Despite the onslaught of dollar-slice joints on one end of the spectrum and fancy-pants Neapolitan pizzerias on the other, neighborhood pizza parlors persist, peddling delicious and sometimes unique slices in an ever expanding range of styles.
The Golden Slice Awards were founded last year to commemorate those hard-working pizzerias in every city neighborhood. So join us in celebrating the sainted two-slices-and-a-soda lunch in the fourth edition of the awards. And please nominate your own favorite neighborhood pizzeria in the comments below.
Cheesy Pizza — The name says it all at this Upper West Side institution dedicated to the dairy component of the classic slice. The cheese here is so profuse, it threatens to roll off the pie. Sure, the crust is a bit doughy and pale ensuring the sauce recedes into the background. But gradually as you eat it, you’ll realize the other components have been formulated so you can better worship the molten cheese. 2640 Broadway, 212-662-5223
Georgio’s Pizzeria — Founded in 2011, Georgio’s is master of the thick, lush pie, so expect to be fully fed on a single slice. The chicken and spinach, for example, matches breaded, fried, and diced bird with swirls of dense, dark spinach. This favorite of FiDi office workers is mobbed at lunch, nearly empty in the evening. 20 Beaver St. 212-361-6160
Luigi’s Gourmet Pizza — This commodious pizzeria just south of Central Park has deep Sicilian roots and the slices show it magnificently. The best offerings fall among the square-slices including the musketa, which features chopped tomatoes and onions on a thick bed of cheese; and the oxymoronic Sicilian margarita slice, which melts artisanal mozzarella and shoots splotches of tomato sauce over an exceedingly well-browned crust. 936 8th Ave., 212-265-7159
Xochil Pizzeria — This delightful Sunset Park pizzeria has been taken over by Pueblans, who have mounted a griddle in the window — actually, sticking out of the window — where tlaycoyos are grilled and then topped with queso seco and salsa. The conventional pizza slices are fine, too, especially an unusual stuffed-crust pie. Filled with sausage and potatoes, it probably originated in Abruzzo, where such pizzas are common. 4613 5th Ave., Brooklyn, 718-435-2288
Polito’s — Though it was established in 1981 and not long ago appeared timeworn, a recent renovation has left this Astorian stalwart handsome and comfortable, a place you might want to linger. The grandma the slice is the one to get. Perfect for its type, it sports a lush and deep red tomato sauce, flecked with little bits of garlic and onion that add sweetness, and the cheese is exemplary, too. 38-12 Broadway, Queens, 917- 924-1360
Gino’s Pizza — Since 1968, this quaint pizzeria has lingered beside Elmhurst’s busiest bus stop. Quaint because the limestone-faced walls and carriage lamps make it seem a bit like a village inside. Vegetarian is the way to go here, via a series of pies in a separate case of slightly smaller circumference, including an eggplant slice that looks to be almost a quarter of a pie — a bit more expensive than most slices, but also encompassing square inches of pizza territory. 86-35 Broadway, Queens, 718-672-8515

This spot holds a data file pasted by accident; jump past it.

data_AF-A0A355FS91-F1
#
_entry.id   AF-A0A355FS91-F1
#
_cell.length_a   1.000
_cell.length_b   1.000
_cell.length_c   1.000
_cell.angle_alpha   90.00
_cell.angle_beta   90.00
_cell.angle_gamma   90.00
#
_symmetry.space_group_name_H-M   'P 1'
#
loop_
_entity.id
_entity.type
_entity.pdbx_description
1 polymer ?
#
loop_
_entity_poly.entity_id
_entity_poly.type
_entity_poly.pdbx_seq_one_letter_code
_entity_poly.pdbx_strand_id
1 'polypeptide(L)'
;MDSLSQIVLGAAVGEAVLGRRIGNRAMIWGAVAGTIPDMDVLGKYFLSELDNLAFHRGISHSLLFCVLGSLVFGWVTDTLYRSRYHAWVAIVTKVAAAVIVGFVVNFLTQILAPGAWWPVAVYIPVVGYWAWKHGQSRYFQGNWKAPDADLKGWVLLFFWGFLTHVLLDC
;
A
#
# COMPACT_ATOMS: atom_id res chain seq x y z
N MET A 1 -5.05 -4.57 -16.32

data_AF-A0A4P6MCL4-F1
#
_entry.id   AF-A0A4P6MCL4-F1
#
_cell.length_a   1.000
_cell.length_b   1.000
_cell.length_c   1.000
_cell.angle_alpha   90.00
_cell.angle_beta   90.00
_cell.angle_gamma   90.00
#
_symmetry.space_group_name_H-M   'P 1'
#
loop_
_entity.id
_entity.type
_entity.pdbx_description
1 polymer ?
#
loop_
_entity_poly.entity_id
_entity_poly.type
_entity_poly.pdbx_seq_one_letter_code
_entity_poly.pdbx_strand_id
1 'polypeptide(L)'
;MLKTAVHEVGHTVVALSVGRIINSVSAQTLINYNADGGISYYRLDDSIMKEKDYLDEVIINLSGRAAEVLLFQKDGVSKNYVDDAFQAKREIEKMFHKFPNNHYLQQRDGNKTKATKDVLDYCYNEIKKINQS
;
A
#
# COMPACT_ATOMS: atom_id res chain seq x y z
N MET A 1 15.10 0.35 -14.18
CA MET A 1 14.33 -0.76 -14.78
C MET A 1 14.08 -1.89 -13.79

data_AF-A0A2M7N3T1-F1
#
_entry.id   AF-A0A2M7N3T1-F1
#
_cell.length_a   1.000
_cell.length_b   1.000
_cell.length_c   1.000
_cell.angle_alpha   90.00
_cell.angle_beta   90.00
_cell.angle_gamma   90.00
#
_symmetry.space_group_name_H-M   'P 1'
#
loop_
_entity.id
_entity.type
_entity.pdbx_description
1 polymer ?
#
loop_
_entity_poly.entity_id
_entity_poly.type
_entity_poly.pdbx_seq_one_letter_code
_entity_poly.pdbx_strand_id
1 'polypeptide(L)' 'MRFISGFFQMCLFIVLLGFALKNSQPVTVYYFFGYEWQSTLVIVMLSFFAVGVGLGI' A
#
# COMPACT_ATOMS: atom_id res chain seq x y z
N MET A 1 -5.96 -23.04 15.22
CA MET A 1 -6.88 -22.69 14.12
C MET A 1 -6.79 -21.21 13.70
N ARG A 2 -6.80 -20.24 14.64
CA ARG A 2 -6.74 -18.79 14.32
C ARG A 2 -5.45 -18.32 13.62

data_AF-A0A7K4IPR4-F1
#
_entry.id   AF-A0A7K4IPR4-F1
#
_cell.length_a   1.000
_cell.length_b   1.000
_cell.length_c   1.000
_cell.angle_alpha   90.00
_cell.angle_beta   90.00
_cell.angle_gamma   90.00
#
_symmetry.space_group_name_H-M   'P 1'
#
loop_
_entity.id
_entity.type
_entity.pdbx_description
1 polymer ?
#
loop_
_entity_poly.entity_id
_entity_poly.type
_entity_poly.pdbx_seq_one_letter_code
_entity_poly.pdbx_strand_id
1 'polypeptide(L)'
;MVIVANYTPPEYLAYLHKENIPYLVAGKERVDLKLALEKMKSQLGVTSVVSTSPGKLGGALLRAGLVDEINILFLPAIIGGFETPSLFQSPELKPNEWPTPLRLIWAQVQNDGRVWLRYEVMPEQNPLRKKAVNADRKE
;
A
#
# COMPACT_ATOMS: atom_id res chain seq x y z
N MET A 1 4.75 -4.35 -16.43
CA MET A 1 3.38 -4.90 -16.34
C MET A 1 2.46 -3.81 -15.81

Silver Beach Deli & Pizza — Even the tiniest of hamlets concealed around the edges of the great metropolis are not without their pizzerias. Located in the hilltop enclave of Silver Beach overlooking the Long Island Sound, this modest deli in a small cottage has a pizza oven stack in the back, from which fly very conventional cheese pies, with other topping choices rarely offered in the glass case. The slices are cheesy and satisfying, and little fuss has been made over either the crust or the sauce. This is pizza that takes itself for granted and doesn’t try too hard, and is all the better for it. 4 Plaza Pl, Bronx, 718-597-0192
Luigi’s Pizza — Just how many pizzerias named Luigi’s are there in the five boroughs? Plenty, we’re sure. Located in Greenwood Heights, this one (founded in 1973) functions as a sort of community center in a neighborhood increasingly uncertain how to define itself. The pizzas are especially good, with some relatively unusual toppings, including a wonderful pie with soppressata and jalapenos, fusing old and new aspects of the neighborhood. 686 5th Ave., Brooklyn, 718-499-3857
Pizza Bella — Flaunting a nautical theme, Pizza Bella stands out on Elmhurst’s Broadway among the mainly Southeast Asian cafes. The plain cheese slice is plain as plain can be, with a precise and carefully calculated inter-relationship of cheese, sauce, and crust. The crust itself is done to a premeditated brownness. This is pizza for folks that don’t like bells and whistles. 81-30 Broadway, Queens, 718-507-1009
Delizia 73 Ristorante Pizza — A mural of Venice graces one wall of this venerable Upper East Side pizzeria — with superman flying overhead, looking for criminals. If you want to feel like you’re sitting in a real restaurant while scarfing your two slices and a soft drink, this is your place. And the quality of the pies makes it a destination spot, too. Our favorite is the grandma slice: In the square format, it displays cheese-on-the-bottom pizza-tecture, with splotches of herb-y sauce on top. 1374 1st Ave., 212-517-8888
Take a gander at the previous three induction ceremonies of the Golden Slice Awards: